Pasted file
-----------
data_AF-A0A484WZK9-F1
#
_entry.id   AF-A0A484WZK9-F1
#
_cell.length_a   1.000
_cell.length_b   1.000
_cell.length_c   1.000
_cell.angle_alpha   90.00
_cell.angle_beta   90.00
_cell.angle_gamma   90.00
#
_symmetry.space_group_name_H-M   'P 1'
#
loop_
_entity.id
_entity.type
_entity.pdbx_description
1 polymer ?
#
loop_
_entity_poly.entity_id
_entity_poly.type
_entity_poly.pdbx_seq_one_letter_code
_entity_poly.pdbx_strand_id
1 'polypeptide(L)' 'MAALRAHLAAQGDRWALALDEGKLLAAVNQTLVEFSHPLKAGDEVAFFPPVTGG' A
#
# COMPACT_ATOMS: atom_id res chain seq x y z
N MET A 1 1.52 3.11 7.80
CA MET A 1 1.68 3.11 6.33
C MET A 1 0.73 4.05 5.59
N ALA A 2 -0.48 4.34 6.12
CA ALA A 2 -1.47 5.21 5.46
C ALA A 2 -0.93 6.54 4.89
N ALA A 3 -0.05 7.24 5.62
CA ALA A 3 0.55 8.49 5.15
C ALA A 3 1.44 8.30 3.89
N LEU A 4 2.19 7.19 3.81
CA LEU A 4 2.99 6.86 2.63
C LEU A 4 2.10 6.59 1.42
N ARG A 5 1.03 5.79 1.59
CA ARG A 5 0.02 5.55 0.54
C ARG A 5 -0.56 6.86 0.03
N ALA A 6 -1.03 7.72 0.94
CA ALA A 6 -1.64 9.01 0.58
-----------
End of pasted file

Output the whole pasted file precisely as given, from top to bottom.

data_AF-A0A484WZK9-F1
#
_entry.id   AF-A0A484WZK9-F1
#
_cell.length_a   1.000
_cell.length_b   1.000
_cell.length_c   1.000
_cell.angle_alpha   90.00
_cell.angle_beta   90.00
_cell.angle_gamma   90.00
#
_symmetry.space_group_name_H-M   'P 1'
#
loop_
_entity.id
_entity.type
_entity.pdbx_description
1 polymer ?
#
loop_
_entity_poly.entity_id
_entity_poly.type
_entity_poly.pdbx_seq_one_letter_code
_entity_poly.pdbx_strand_id
1 'polypeptide(L)' 'MAALRAHLAAQGDRWALALDEGKLLAAVNQTLVEFSHPLKAGDEVAFFPPVTGG' A
#
# COMPACT_ATOMS: atom_id res chain seq x y z
N MET A 1 1.52 3.11 7.80
CA MET A 1 1.68 3.11 6.33
C MET A 1 0.73 4.05 5.59
N ALA A 2 -0.48 4.34 6.12
CA ALA A 2 -1.47 5.21 5.46
C ALA A 2 -0.93 6.54 4.89
N ALA A 3 -0.05 7.24 5.62
CA ALA A 3 0.55 8.49 5.15
C ALA A 3 1.44 8.30 3.89
N LEU A 4 2.19 7.19 3.81
CA LEU A 4 2.99 6.86 2.63
C LEU A 4 2.10 6.59 1.42
N ARG A 5 1.03 5.79 1.59
CA ARG A 5 0.02 5.55 0.54
C ARG A 5 -0.56 6.86 0.03
N ALA A 6 -1.03 7.72 0.94
CA ALA A 6 -1.64 9.01 0.58